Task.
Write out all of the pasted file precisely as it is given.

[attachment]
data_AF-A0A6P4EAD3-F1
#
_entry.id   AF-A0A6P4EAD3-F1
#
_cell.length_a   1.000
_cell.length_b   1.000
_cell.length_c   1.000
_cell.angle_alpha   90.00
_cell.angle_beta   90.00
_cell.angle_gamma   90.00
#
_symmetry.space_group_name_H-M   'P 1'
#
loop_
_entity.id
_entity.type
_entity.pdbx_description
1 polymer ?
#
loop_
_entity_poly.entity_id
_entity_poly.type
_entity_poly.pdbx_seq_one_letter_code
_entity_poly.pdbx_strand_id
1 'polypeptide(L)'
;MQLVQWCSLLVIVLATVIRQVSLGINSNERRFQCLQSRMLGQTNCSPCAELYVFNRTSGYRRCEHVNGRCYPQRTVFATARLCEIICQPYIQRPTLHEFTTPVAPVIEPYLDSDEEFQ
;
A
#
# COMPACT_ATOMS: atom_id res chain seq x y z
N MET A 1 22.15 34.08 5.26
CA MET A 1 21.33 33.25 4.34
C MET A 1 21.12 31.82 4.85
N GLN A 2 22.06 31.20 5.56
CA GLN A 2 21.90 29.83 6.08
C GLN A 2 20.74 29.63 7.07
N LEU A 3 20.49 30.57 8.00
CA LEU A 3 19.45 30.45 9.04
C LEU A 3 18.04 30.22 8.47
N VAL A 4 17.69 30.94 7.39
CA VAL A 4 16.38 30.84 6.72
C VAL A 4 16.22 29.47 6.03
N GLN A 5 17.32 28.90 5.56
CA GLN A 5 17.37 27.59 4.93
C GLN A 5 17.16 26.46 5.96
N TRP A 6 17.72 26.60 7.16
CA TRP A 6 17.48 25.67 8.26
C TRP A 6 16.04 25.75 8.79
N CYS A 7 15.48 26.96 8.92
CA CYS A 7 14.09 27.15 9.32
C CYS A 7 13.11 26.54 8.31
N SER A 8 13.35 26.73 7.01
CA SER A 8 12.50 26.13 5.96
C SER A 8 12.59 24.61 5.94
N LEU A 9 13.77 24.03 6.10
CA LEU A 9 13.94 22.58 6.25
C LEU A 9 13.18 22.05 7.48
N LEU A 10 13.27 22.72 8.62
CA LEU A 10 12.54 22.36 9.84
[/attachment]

data_AF-A0A6P4EAD3-F1
#
_entry.id   AF-A0A6P4EAD3-F1
#
_cell.length_a   1.000
_cell.length_b   1.000
_cell.length_c   1.000
_cell.angle_alpha   90.00
_cell.angle_beta   90.00
_cell.angle_gamma   90.00
#
_symmetry.space_group_name_H-M   'P 1'
#
loop_
_entity.id
_entity.type
_entity.pdbx_description
1 polymer ?
#
loop_
_entity_poly.entity_id
_entity_poly.type
_entity_poly.pdbx_seq_one_letter_code
_entity_poly.pdbx_strand_id
1 'polypeptide(L)'
;MQLVQWCSLLVIVLATVIRQVSLGINSNERRFQCLQSRMLGQTNCSPCAELYVFNRTSGYRRCEHVNGRCYPQRTVFATARLCEIICQPYIQRPTLHEFTTPVAPVIEPYLDSDEEFQ
;
A
#
# COMPACT_ATOMS: atom_id res chain seq x y z
N MET A 1 22.15 34.08 5.26
CA MET A 1 21.33 33.25 4.34
C MET A 1 21.12 31.82 4.85
N GLN A 2 22.06 31.20 5.56
CA GLN A 2 21.90 29.83 6.08
C GLN A 2 20.74 29.63 7.07
N LEU A 3 20.49 30.57 8.00
CA LEU A 3 19.45 30.45 9.04
C LEU A 3 18.04 30.22 8.47
N VAL A 4 17.69 30.94 7.39
CA VAL A 4 16.38 30.84 6.72
C VAL A 4 16.22 29.47 6.03
N GLN A 5 17.32 28.90 5.56
CA GLN A 5 17.37 27.59 4.93
C GLN A 5 17.16 26.46 5.96
N TRP A 6 17.72 26.60 7.16
CA TRP A 6 17.48 25.67 8.26
C TRP A 6 16.04 25.75 8.79
N CYS A 7 15.48 26.96 8.92
CA CYS A 7 14.09 27.15 9.32
C CYS A 7 13.11 26.54 8.31
N SER A 8 13.35 26.73 7.01
CA SER A 8 12.50 26.13 5.96
C SER A 8 12.59 24.61 5.94
N LEU A 9 13.77 24.03 6.10
CA LEU A 9 13.94 22.58 6.25
C LEU A 9 13.18 22.05 7.48
N LEU A 10 13.27 22.72 8.62
CA LEU A 10 12.54 22.36 9.84